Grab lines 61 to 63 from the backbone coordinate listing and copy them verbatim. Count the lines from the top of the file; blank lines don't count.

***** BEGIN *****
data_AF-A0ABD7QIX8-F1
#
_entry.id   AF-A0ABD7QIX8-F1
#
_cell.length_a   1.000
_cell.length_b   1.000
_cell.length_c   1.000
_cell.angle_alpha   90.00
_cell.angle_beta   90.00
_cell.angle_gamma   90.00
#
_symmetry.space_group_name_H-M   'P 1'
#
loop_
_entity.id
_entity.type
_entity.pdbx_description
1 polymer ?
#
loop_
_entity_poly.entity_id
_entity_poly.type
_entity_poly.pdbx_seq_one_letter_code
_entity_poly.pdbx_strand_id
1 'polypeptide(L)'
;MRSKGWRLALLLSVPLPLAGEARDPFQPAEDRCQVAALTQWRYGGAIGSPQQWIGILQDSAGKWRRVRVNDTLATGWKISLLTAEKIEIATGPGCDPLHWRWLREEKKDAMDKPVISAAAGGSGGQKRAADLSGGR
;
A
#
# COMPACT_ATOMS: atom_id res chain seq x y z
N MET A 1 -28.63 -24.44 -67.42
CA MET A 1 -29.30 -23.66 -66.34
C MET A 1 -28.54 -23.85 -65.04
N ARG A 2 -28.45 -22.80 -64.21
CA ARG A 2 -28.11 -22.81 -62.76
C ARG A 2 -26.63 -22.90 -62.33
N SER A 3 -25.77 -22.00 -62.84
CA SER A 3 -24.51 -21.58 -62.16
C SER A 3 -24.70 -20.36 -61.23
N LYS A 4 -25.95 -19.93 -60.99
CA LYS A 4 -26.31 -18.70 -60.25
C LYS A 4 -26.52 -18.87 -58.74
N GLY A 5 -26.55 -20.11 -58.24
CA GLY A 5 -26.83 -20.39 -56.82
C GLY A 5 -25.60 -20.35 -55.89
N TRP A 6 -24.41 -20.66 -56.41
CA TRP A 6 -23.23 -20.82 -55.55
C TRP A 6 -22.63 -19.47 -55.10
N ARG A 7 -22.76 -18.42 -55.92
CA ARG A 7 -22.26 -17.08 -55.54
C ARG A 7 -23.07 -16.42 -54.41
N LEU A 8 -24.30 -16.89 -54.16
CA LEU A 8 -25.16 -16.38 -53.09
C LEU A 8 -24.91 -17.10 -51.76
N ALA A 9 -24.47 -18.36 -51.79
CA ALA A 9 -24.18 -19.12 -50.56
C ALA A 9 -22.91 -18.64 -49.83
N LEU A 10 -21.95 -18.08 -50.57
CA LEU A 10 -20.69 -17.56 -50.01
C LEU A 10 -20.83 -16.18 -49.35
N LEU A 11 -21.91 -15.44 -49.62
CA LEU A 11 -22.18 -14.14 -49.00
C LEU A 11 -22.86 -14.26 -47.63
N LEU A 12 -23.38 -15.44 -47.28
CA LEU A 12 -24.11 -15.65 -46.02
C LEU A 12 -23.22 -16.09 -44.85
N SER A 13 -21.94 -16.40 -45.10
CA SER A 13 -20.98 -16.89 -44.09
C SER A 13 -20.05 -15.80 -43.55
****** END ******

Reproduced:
N LEU A 11 -21.91 -15.44 -49.62
CA LEU A 11 -22.18 -14.14 -49.00
C LEU A 11 -22.86 -14.26 -47.63